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Feb-09-2017 12:46printcomments

Are Men a Barrier to Healthier Family Eating?

Salem survey: More women interested in plant-based diet, but worry the family won't like it

healthy eating
Source: Kaiser Permanente Northwest

(SALEM, Ore.) - A health survey of Salem-area residents by Kaiser Permanente Northwest finds that more women are likely to try a plant-based diet to improve their health, while more men say they would miss meat too much.

Studies have shown that increasing the amount of vegetables and fruit while cutting back on processed food, sugar, meat and dairy has numerous health benefits.

"As an internal medicine physician in primary care, I see an ever-worsening crisis of chronic conditions in my patients, including diabetes, hypertension, heart disease and more," said Dr. Carmelo Mejia of the Kaiser Permanente Skyline Medical Office in Salem.

"There is so much potential for preventing or reversing many of these conditions through lifestyle changes, such as adopting a whole-foods, plant-based diet."

The survey of 315 Salem-area residents showed that there is a surprisingly high level of awareness of the term "plant-based diet." More than two-thirds said they are familiar with the term, and more than three-quarters said they would be willing to try it.

Other key findings of the survey include:

  • Women were more likely than men to have a favorable reaction to the term "plant-based diet." The favorable response increased slightly after getting more information (7 percentage points higher pre-definition and 9 points post-definition).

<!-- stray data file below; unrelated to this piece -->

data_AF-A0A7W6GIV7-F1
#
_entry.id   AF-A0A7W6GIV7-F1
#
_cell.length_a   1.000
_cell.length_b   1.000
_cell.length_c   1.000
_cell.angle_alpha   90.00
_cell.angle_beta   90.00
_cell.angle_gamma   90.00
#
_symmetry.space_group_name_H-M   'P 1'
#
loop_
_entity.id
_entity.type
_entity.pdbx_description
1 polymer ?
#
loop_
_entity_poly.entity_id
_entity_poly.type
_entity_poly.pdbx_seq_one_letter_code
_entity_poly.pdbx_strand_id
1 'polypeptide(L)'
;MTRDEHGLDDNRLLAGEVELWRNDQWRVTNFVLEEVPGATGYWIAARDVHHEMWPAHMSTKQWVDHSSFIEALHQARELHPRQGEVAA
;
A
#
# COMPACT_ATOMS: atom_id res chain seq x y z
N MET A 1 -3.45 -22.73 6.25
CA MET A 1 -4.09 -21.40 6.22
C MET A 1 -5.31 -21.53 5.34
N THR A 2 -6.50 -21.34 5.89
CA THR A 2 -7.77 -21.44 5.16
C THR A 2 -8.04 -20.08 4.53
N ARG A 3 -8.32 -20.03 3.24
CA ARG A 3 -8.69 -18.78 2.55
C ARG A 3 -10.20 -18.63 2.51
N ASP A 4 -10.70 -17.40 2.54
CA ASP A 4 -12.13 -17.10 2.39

• Men were more likely than women to say that the main barriers to trying a plant-based diet were missing meat (63% vs. 40%) and unappetizing sound (59% vs. 36%).
  • Women were more likely than men to respond that the main barrier to trying a plant-based diet was that not everyone in their family would eat it (41% vs. 25%).

"Giving up meat is a common concern I hear from my patients," said Dr. Mejia.

"I encourage them to begin by cutting back on meat and using it more for flavor, for example. You could also start by giving up one meat, such as beef or pork."

"For women or men concerned about how their families may react to eating plant-based meals, I recommend experimenting with more meatless meals -- for example, changing a favorite recipe to be plant-based," said Dr. Mejia.

"This could mean preparing chili with beans and no meat, or making tacos with beans, rice and veggies instead of meat and cheese."

Dr. Mejia added that any movement away from the standard American diet (rich in red meat, dairy and processed foods) is progress. Still, the most compelling research and clinical outcomes demonstrating disease reversal occur in patients who adopt a completely plant-based diet.

For the purposes of the survey, a plant-based diet is defined as: including plant foods in their whole, unprocessed form, such as vegetables, fruits, beans, lentils, nuts, seeds, whole grains, and small amounts of healthy fats. It limits animal products, processed foods, and sweets.

Kaiser Permanente Northwest and Salem Mayor Chuck Bennett invite the Salem community to participate in a two-week plant-based challenge from February 16 to March 1, 2017. Mayor Bennett will join the challenge as a participant.

Interested individuals are invited to RSVP to the challenge's Facebook event page at: http://bit.ly/KPchallenge where they'll receive plant-based-recipe ideas and resources, get inspired from personal stories, and have the opportunity to ask nutrition questions to a Kaiser Permanente health coach.

Source: Kaiser Permanente Northwest
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